Can you make a train the same length as Laura's but using three differently coloured rods? Is there only one way of doing it?
Have a go at this well-known challenge. Can you swap the frogs and toads in as few slides and jumps as possible?
Place this "worm" on the 100 square and find the total of the four
squares it covers. Keeping its head in the same place, what other
totals can you make?
If you hang two weights on one side of this balance, in how many different ways can you hang three weights on the other side for it to be balanced?
Place the numbers 1 to 6 in the circles so that each number is the
difference between the two numbers just below it.
Place the numbers 1 to 10 in the circles so that each number is the
difference between the two numbers just below it.
Place six toy ladybirds into the box so that there are two ladybirds in every column and every row.
Use these head, body and leg pieces to make Robot Monsters which
are different heights.
Is it possible to place 2 counters on the 3 by 3 grid so that there
is an even number of counters in every row and every column? How
about if you have 3 counters or 4 counters or....?
This problem is based on a code using two different prime numbers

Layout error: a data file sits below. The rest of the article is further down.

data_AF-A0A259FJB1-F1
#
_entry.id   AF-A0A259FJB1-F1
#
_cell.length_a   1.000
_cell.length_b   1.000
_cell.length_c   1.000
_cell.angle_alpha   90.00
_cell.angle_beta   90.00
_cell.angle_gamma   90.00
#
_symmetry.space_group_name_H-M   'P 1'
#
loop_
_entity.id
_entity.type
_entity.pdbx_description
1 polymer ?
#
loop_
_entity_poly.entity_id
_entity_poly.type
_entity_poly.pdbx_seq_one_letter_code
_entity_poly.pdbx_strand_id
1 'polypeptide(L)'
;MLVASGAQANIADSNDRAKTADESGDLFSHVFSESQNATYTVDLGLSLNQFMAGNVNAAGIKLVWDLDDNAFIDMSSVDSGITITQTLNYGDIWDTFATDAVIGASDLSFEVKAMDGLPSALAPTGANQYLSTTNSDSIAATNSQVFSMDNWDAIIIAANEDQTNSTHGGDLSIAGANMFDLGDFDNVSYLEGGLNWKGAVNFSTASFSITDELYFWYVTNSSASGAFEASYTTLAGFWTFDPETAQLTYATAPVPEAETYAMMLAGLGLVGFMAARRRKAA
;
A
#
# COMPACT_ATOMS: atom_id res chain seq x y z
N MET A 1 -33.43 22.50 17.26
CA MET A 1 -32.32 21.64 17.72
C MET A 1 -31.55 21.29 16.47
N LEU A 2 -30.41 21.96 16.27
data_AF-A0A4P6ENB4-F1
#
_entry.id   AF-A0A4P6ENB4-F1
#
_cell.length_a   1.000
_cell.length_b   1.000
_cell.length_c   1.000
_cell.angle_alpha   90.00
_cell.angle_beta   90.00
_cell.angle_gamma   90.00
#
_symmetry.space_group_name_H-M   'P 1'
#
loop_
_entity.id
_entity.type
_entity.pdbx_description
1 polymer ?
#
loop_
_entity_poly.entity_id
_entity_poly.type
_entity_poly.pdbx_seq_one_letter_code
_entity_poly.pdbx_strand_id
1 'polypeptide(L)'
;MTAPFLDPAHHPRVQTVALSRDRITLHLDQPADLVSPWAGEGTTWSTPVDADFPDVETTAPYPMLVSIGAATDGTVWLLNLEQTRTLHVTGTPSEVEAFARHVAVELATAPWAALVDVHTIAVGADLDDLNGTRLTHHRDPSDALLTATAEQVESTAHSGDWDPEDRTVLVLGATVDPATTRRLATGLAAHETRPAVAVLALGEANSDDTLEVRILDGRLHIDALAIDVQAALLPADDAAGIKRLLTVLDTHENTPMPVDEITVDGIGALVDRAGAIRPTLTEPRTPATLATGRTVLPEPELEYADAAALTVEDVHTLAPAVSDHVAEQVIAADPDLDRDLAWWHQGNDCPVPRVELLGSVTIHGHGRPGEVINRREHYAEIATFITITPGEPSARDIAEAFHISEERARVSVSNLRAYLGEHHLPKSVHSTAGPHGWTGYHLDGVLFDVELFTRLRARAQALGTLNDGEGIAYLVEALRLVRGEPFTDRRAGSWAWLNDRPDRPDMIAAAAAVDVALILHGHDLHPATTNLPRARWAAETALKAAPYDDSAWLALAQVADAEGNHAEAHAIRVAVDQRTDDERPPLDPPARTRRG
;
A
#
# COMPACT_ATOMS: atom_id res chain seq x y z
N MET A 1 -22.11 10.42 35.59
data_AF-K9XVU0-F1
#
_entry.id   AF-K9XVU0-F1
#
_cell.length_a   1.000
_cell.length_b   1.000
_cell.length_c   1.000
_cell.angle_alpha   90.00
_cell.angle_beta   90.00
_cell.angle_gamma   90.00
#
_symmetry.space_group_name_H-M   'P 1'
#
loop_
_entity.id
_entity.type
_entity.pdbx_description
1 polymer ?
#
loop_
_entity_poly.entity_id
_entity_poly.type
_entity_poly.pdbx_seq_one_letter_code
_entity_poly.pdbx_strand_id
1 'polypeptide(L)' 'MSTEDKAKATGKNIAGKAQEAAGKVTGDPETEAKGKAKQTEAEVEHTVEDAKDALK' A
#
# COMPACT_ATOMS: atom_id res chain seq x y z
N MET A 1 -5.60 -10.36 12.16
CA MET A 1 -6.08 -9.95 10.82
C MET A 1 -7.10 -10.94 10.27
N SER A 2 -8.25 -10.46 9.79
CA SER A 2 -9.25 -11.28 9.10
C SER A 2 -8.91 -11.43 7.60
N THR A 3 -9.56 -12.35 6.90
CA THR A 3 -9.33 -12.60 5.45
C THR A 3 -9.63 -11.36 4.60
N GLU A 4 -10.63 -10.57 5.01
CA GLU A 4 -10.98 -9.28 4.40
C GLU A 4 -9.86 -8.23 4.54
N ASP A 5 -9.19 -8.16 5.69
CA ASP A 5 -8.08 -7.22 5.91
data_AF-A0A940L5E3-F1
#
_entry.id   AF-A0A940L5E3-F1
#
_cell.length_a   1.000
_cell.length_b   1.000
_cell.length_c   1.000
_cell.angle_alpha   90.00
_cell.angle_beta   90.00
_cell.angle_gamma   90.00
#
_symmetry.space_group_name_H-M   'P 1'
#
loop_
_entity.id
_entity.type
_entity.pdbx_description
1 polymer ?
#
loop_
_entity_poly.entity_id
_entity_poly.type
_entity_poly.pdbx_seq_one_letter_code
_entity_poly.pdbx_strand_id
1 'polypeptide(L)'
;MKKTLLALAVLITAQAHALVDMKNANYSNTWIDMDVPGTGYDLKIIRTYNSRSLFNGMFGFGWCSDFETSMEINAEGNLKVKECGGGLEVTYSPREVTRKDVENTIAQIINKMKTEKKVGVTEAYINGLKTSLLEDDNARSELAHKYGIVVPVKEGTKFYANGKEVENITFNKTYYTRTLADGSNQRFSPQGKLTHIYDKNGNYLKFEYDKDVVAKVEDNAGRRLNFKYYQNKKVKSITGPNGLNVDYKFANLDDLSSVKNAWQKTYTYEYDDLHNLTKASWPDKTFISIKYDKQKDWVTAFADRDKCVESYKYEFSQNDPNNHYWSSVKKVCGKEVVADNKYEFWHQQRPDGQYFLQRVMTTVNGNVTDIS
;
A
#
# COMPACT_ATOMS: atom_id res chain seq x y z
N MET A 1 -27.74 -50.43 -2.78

less than 10. You'll need to multiply them together and shift the
alphabet forwards by the result. Can you decipher the code?
In your bank, you have three types of coins. The number of spots shows how much they are worth. Can you choose coins to exchange with the groups given to make the same total?
Can you put the numbers from 1 to 15 on the circles so that no
consecutive numbers lie anywhere along a continuous straight line?
Move from the START to the FINISH by moving across or down to the
next square. Can you find a route to make these totals?
Can you put the numbers 1 to 8 into the circles so that the four
calculations are correct?
Can you find the chosen number from the grid using the clues?
What do the digits in the number fifteen add up to? How many other
numbers have digits with the same total but no zeros?
What do the numbers shaded in blue on this hundred square have in common? What do you notice about the pink numbers? How about the shaded numbers in the other squares?
Ram divided 15 pennies among four small bags. He could then pay any sum of money from 1p to 15p without opening any bag. How many pennies did Ram put in each bag?
There are 44 people coming to a dinner party. There are 15 square
tables that seat 4 people. Find a way to seat the 44 people using
all 15 tables, with no empty places.
Use your logical-thinking skills to deduce how much Dan's crisps and ice-cream cost altogether.
Arrange the four number cards on the grid, according to the rules,
to make a diagonal, vertical or horizontal line.
There is a clock-face where the numbers have become all mixed up. Can you find out where all the numbers have got to from these ten statements?
Can you put plus signs in so this is true? 1 2 3 4 5 6 7 8 9 = 99
How many ways can you do it?
Hover your mouse over the counters to see which ones will be
removed. Click to remover them. The winner is the last one to
remove a counter. How you can make sure you win?
Lolla bought a balloon at the circus. She gave the clown six coins